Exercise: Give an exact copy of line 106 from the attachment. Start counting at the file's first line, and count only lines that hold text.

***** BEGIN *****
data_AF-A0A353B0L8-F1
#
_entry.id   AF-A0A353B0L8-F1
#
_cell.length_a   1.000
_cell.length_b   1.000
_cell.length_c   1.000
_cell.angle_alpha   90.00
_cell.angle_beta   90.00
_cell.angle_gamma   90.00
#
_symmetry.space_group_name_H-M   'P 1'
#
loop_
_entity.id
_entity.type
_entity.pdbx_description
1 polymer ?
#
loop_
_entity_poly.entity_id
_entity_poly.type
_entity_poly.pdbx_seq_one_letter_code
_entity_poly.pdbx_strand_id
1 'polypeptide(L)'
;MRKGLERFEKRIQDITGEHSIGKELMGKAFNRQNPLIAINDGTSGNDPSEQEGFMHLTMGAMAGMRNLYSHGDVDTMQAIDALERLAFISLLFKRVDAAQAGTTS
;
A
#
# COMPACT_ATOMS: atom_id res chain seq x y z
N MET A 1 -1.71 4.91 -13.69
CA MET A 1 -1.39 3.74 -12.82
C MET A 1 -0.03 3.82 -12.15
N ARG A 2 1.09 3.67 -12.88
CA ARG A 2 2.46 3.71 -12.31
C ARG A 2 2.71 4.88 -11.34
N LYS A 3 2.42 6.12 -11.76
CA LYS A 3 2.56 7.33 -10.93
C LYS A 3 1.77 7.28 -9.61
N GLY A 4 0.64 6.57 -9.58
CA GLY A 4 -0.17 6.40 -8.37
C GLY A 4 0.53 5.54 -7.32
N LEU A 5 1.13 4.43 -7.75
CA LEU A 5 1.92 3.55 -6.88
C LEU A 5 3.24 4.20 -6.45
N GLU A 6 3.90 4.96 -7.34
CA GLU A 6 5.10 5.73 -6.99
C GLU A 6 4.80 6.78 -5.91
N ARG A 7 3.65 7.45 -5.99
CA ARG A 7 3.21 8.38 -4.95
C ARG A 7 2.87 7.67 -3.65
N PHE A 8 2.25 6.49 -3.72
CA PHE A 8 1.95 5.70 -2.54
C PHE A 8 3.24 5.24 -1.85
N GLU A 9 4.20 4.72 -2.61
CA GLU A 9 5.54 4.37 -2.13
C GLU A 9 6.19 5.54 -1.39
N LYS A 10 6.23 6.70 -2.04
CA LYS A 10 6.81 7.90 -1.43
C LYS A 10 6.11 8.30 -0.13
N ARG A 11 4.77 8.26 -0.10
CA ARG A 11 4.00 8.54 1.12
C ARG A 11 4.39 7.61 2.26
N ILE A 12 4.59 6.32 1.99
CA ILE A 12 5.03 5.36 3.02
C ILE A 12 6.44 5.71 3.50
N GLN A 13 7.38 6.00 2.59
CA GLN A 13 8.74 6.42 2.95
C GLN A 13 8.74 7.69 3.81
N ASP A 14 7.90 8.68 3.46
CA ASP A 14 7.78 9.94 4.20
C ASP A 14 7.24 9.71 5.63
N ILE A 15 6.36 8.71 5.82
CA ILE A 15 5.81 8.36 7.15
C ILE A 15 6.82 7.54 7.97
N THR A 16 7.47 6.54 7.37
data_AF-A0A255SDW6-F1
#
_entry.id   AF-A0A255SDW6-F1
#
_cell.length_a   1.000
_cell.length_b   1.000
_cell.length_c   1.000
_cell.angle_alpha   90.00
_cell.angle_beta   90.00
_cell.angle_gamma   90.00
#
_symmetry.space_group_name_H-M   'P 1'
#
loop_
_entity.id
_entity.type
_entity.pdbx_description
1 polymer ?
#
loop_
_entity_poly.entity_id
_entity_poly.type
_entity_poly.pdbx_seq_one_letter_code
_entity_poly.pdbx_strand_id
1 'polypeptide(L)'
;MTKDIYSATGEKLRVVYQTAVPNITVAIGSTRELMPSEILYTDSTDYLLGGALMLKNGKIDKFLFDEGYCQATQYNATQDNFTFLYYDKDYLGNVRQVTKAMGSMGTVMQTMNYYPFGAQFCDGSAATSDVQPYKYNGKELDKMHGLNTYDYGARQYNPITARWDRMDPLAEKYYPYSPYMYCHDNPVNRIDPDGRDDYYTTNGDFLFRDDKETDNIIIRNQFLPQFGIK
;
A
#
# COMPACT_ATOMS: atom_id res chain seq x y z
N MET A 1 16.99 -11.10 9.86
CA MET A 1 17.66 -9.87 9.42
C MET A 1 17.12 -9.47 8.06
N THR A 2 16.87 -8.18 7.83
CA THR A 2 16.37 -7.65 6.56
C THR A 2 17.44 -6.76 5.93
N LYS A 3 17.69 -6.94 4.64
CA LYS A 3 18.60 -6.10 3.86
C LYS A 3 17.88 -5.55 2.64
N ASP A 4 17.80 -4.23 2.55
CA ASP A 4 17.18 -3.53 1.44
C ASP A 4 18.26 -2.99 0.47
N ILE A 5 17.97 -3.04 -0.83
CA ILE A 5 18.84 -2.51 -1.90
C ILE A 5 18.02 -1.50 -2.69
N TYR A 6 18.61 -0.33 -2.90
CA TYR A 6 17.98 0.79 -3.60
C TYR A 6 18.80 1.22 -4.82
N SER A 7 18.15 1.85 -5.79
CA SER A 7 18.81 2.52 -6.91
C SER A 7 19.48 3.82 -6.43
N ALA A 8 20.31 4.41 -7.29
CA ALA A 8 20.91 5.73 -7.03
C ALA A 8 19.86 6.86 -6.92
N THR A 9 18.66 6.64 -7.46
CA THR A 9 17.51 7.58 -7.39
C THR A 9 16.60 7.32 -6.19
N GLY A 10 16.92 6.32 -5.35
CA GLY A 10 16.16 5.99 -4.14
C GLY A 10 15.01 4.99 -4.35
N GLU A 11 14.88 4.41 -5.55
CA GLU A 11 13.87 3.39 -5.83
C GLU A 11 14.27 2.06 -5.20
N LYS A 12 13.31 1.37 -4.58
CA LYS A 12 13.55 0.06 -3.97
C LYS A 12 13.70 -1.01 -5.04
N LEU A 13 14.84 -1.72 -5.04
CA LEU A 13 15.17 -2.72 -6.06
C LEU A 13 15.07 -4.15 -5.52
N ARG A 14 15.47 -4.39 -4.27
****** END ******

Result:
# COMPACT_ATOMS: atom_id res chain seq x y z